A book review for parents
This contemporary Christian book in the "The Powerlink Chronicles" series is written by Josh McDowell and Chuck Klein and is published by Word Publishing.
Under Siege is written for kids, ages 13 to 17. The age range reflects readability and not necessarily content appropriateness.
Will, a high school computer geek, always attended church, but now he makes a commitment to his Christian faith. He joins other kids at his church and launches a group called the Liberation Commandos, a strike force for God at the local high school. Their purpose is to free students from Satan's grip. Will feels awkward at his lack of physical abilities and is attracted to his childhood friend Amber. Amber experiments with guys, drinking and other at-risk behaviors. Will's best friend, prankster Jason, leads the group in brainstorming inventive ways to witness, such as shopping mall opportunities, pizza parties and sleepover. Will prays for Tony, a wild teen and Amber's former boyfriend, and eventually leads him in a prayer of salvation. The novel consists of the story plus a subplot of demons working against the teens' efforts. The inside story, from the authors, provides information and spiritual guidance for teens on the book's topics.
Kids struggle with their faith. The inside story uses Scriptures and mini-sermons from Josh McDowell to present God's truth. Spiritual topics include how to witness to others, the work of the Holy Spirit, listening to God, your place in God's plans, prayer and discipleship. Tony admits that he has lived a self-directed life and has made wrong choices (drinking and sex).
Will's parents never married, and his dad deserted the family. His mother is too busy at work to spend time with him. The youth leaders are the main authority figures as they guide kids with Scriptures, discuss problems and remain available to their needs.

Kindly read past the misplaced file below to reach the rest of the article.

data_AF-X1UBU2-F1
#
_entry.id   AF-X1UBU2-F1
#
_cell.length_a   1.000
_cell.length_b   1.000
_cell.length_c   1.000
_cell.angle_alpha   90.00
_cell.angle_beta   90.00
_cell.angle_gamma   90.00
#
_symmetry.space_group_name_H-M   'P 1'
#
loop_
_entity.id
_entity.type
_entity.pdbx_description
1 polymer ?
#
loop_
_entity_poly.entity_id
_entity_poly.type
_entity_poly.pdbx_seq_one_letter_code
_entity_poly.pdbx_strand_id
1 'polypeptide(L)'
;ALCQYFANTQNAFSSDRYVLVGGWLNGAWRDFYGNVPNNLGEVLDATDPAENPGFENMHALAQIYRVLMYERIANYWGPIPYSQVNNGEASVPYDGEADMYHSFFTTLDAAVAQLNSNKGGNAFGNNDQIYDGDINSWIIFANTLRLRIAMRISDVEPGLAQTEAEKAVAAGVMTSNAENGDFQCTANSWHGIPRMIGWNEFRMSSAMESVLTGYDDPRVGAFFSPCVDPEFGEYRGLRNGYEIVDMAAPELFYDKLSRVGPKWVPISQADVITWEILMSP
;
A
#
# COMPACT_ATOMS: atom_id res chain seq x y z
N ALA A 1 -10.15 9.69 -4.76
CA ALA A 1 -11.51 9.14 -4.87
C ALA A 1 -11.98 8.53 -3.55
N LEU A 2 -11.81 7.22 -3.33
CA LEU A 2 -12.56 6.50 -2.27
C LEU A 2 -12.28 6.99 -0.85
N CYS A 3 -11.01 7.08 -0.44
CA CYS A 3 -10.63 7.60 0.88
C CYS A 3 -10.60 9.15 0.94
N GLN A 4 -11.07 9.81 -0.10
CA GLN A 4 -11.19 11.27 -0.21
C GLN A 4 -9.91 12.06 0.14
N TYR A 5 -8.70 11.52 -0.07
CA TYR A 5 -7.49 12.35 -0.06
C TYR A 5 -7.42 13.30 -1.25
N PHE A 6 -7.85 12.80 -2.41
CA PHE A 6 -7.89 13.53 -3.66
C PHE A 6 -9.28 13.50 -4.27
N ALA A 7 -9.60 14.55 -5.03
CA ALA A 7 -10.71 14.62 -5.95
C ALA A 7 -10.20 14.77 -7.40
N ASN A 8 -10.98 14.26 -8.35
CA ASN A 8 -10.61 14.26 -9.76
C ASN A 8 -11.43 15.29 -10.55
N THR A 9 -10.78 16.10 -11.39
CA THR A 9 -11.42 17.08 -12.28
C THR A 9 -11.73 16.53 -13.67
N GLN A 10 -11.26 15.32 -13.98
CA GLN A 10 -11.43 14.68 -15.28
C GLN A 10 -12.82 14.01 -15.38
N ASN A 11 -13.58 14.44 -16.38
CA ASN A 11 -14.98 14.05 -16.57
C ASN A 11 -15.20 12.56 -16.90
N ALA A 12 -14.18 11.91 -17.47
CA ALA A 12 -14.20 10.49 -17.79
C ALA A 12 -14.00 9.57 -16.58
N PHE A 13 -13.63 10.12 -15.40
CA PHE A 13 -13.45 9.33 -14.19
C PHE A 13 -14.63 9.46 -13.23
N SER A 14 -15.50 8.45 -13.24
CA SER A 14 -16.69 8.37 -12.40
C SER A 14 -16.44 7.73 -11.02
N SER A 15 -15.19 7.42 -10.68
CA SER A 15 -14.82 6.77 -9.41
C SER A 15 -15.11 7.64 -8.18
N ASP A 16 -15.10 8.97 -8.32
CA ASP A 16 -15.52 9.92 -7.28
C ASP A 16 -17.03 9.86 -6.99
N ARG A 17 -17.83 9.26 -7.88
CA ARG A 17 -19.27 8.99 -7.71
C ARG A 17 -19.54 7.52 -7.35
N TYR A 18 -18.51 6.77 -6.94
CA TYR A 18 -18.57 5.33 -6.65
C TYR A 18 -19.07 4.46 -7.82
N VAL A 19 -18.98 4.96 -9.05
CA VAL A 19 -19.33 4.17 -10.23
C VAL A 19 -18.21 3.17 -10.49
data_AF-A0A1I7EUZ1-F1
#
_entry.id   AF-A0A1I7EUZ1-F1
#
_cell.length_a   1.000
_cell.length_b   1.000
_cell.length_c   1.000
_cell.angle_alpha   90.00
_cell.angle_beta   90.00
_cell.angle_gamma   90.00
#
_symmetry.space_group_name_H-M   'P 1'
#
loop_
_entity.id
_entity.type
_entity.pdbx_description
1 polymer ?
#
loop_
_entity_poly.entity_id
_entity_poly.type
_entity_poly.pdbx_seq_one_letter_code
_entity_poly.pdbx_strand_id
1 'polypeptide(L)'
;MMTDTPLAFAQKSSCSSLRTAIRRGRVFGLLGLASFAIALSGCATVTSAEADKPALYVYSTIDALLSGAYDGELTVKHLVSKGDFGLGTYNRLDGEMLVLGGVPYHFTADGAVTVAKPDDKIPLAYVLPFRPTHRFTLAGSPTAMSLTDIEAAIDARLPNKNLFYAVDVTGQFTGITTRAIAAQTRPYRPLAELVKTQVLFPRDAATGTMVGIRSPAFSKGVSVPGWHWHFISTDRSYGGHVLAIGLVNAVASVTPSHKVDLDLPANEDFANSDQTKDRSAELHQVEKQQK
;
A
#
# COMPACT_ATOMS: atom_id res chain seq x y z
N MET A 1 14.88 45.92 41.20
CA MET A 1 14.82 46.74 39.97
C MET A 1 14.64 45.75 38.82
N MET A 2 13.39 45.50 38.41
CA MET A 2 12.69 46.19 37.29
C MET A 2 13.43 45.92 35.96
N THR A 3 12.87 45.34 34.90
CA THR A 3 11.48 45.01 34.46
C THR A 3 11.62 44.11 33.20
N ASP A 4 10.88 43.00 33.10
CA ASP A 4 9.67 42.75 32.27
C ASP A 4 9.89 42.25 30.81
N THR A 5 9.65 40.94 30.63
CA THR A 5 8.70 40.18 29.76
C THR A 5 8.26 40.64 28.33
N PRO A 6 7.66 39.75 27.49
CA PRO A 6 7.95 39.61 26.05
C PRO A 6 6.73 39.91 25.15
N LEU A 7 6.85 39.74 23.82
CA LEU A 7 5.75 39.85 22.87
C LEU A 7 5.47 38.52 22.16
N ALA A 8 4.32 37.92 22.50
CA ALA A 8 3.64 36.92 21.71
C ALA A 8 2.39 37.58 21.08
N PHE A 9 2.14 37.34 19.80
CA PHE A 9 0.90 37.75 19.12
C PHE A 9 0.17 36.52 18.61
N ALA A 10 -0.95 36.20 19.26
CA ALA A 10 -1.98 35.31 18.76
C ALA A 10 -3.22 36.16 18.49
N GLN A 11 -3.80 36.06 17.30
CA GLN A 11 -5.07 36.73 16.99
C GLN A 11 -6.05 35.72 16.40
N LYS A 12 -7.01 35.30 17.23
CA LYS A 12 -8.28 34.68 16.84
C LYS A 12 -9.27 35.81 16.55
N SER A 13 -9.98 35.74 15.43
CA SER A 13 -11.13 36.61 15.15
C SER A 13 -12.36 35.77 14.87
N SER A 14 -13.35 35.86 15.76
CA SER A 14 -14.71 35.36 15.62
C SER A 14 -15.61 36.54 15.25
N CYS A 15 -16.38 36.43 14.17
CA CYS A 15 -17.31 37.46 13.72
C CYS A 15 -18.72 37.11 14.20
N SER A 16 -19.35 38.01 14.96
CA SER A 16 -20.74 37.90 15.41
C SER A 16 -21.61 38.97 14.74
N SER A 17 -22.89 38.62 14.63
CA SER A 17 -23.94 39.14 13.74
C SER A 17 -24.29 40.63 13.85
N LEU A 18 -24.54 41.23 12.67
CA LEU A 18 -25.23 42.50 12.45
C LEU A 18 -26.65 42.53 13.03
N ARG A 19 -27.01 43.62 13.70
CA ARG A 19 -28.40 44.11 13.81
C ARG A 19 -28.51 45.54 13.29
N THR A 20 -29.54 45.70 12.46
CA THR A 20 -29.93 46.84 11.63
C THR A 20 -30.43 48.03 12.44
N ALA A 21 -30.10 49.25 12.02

Other Belief Systems
The teens confront other beliefs in their interactions with students. These include secularism and believing in a self-directed life. Tony asks questions to find the difference between his uncle's New Age beliefs and Christianity.
Joy admits to being slapped and hit as a child, as well as being sexually abused. She describes confronting her adoptive parents, who refused to admit that they did anything wrong. Joy commits to praying for and forgiving them.
Will wants Amber to be his girlfriend and struggles against lustful thoughts. Will's feelings matured from a crush to a deep caring for Amber. He wants to follow God's plan of marriage before sex, although he realizes that even in a simple hug he feels a physical desire for Amber. Amber admits that she wants Will as a boyfriend, and the two commit their relationship to God in a prayer. Amber kisses Will on the cheek. Will helps his friend Jason, who struggles with watching pornographic movies. Will overcomes his struggle against a lustful dream. There are early scenes that reveal Tony wrapping himself around Amber and kissing her, as well as another teen couple engaging in long kisses while drunk.
If your children have read this book or someone has read it to them, consider these discussion topics:
- What did Duane, the youth director, do after losing his temper with Tony?
Did he apologize only to Tony?
What do you do if you've hurt someone with your words?
- What does Will struggle against with Amber?
How is that different than Jason's struggle with pornography?
How do you handle your sexual desires?
How might an accountability partner help you stay pure?
- What problems did Amber and Will have when they wanted to share their faith with others?
How did they improve?
When was the last time you shared your faith with another person?
- The demons sent out thought waves to stop prayers and thoughts to encourage teens to get too busy for prayer.
When do you have trouble keeping up with your prayer life and Bible study?
- Will prayed for Tony even though he felt jealous of him.
What happened as a result?
Why should you consider praying for those you dislike?
Book reviews cover the content, themes and worldviews of fiction books, not their literary merit, and equip parents to decide whether a book is appropriate for their children. A book's inclusion does not constitute an endorsement by Focus on the Family.